DDIs affect around 40% of HCV patients taking DAAs
Drug-drug interactions, or DDIs, affect about 40% of patients with hepatitis C virus being treated with direct-acting antivirals, or DAAs, according to a study published in Open Forum Infectious Diseases. Researchers said lower DDI potential among modern DAA regimens is counteracted by changing patient characteristics.
“Despite the large improvements in the field of HCV therapy, DDIs are still relevant,” Benjamin Maasoumy, MD, clinical physician in the department of gastroenterology, hepatology and endocrinology at Hannover Medical School and the German Center for Infection Research in Hannover, Germany, and Benjamin Schulte, clinical pharmacist at Hannover Medical School and the German Center for Infection Research, told Healio. “We recommend a brief consideration of all concomitant medications regarding possible interactions before initiation of HCV treatment.”
Maasoumy, Schulte and colleagues assessed 668 consecutive HCV patients for their outpatient medication and DDIs with DAAs from January 2014 to July 2018. They studied three different time periods based on market approvals of important DAAs — January 2014 to November 2014 (period A), November 2014 to August 2016 (period B) and August 2016 to July 2018 (period C).
The frequency of patients with real-world DDIs was highest in period B at 49.6%, with frequencies of 37.1% and 38.8% for periods A and C, respectively. Although DAAs in period C showed a lower DDI risk profile, real-world DDIs were still comparable to period A due to changing HCV patient characteristics, the researchers said. For example, the percentage of patients with HCV aged 75 years or older was 3.1%, 9.8% and 5.6% in periods A, B and C respectively. Additionally, the percentage of polypharmacy patients with HCV using eight or more drugs in their outpatient medication was 11.1%, 15.2% and 17.2% for periods A, B and C, respectively.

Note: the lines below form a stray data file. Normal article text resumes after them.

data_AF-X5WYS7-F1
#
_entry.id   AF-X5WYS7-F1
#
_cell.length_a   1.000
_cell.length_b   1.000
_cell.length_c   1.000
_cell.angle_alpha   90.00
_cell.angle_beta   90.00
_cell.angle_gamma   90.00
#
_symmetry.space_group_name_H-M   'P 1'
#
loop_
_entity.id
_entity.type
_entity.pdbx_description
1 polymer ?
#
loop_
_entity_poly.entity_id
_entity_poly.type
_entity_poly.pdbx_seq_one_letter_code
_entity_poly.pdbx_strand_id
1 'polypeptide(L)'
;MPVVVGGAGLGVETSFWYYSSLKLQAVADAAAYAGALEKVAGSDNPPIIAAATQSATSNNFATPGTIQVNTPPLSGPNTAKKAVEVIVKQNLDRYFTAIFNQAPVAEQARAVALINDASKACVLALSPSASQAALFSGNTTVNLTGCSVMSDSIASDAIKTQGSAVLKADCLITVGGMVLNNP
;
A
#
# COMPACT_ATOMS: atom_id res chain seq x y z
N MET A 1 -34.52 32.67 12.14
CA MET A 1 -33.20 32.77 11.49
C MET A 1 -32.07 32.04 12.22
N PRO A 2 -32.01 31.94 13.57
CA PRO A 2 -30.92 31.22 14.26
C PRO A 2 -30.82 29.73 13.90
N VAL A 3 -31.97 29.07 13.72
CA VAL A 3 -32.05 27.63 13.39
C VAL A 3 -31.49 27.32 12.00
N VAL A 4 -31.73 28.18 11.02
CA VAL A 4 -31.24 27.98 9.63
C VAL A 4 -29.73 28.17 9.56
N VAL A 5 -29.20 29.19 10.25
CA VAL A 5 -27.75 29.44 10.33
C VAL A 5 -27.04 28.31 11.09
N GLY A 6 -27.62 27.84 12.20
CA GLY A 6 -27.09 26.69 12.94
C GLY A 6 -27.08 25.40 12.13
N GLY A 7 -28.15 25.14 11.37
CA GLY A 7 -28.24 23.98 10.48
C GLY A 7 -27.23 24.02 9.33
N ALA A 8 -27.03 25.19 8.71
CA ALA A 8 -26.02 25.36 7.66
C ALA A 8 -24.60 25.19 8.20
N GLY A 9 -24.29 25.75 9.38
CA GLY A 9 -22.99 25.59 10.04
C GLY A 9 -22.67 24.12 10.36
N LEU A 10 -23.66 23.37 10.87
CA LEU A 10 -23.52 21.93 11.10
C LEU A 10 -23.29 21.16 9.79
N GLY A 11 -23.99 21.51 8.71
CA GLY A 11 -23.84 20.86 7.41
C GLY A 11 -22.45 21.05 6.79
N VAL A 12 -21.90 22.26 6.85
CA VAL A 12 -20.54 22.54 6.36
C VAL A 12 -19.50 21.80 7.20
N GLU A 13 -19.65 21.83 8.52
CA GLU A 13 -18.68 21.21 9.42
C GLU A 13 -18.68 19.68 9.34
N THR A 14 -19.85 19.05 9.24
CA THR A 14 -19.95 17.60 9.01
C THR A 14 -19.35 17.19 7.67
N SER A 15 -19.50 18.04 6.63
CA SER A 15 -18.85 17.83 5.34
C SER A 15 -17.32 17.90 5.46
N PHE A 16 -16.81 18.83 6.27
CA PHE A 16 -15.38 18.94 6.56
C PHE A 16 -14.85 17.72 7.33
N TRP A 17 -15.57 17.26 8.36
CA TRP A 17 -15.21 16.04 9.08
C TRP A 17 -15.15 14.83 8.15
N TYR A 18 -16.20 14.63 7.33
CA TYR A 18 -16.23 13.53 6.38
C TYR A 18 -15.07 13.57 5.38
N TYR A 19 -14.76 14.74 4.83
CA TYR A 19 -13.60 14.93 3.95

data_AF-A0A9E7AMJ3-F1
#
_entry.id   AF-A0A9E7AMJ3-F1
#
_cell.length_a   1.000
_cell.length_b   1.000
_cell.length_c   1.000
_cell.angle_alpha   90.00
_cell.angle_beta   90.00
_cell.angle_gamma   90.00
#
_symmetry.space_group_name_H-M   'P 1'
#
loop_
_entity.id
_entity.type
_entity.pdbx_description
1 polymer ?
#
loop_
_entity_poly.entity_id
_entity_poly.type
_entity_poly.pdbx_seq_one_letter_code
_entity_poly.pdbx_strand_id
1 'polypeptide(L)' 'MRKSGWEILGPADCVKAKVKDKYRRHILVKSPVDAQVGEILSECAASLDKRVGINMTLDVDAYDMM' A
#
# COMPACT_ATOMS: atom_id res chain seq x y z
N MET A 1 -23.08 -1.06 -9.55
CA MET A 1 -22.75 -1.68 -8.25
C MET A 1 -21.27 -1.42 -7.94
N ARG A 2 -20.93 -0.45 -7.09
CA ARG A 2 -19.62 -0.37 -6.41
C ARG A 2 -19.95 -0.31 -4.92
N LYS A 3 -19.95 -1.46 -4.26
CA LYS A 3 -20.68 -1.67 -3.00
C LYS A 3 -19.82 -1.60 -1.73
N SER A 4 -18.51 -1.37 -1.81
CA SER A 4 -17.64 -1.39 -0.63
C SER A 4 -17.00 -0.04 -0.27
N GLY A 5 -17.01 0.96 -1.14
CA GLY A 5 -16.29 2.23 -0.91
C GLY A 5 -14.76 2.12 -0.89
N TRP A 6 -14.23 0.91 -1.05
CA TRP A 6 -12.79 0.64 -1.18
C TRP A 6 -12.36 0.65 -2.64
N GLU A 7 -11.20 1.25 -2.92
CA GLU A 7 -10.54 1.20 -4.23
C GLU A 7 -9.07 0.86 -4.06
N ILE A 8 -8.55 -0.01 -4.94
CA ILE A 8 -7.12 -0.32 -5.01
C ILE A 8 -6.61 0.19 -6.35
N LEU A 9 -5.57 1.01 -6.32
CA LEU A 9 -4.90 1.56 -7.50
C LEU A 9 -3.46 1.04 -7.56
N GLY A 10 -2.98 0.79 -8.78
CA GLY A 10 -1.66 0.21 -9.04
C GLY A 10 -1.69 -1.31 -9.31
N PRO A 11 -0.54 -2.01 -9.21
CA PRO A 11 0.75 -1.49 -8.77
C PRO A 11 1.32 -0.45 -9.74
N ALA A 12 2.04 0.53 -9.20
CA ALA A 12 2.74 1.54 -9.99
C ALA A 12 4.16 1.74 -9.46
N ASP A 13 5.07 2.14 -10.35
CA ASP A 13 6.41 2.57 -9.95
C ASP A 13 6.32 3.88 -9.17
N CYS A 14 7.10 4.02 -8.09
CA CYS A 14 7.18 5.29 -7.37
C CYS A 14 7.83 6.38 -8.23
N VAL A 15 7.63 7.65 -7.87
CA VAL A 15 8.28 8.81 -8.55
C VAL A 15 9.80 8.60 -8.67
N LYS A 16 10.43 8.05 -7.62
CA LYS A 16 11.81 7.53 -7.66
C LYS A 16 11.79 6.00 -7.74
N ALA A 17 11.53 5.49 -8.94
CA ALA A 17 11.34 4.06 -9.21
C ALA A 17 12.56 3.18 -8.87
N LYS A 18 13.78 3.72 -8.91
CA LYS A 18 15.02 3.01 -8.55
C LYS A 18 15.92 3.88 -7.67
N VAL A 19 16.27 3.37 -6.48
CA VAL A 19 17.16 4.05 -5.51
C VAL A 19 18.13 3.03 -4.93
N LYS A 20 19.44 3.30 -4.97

Maasoumy and Schulte noted that changes to eligibility criteria have provided treatment opportunities for patients at high risk for DDI.
“The most important fact regarding this issue is that developing patient characteristics are only taken into account when looking at the real-world data,” Massoumy and Schulte said. “Eligibility and efficacy have undergone major changes throughout the years, making it now possible to also treat populations which have a high risk for DDI like the elderly, polypharmaceutical patients and transplanted patients under immunosuppression.”
They emphasized that increasing the efficiency of medical data could be a major benefit to future DDI research.
“The retrospective analysis and evaluation of the medication data is time consuming and complex,” Maasoumy and Schulte said. “Digital data and automated generation of medication data would lead to enormous benefits regarding an efficient workflow.” – by Eamon Dreisbach
Disclosure: Maasoumy reports receiving speaker and/or consulting fees from Abbott, Abbvie Molecular, Astellas, Bristol Myers Squibb, Falk, Fujirebio, Intercept, Janssen-Cilag, Merck (MSD), Norgine and Roche and receiving research support from Abbott Molecular and Roche. Schulte reports no relevant financial disclosures. Please see the full study for the other authors’ relevant financial disclosures.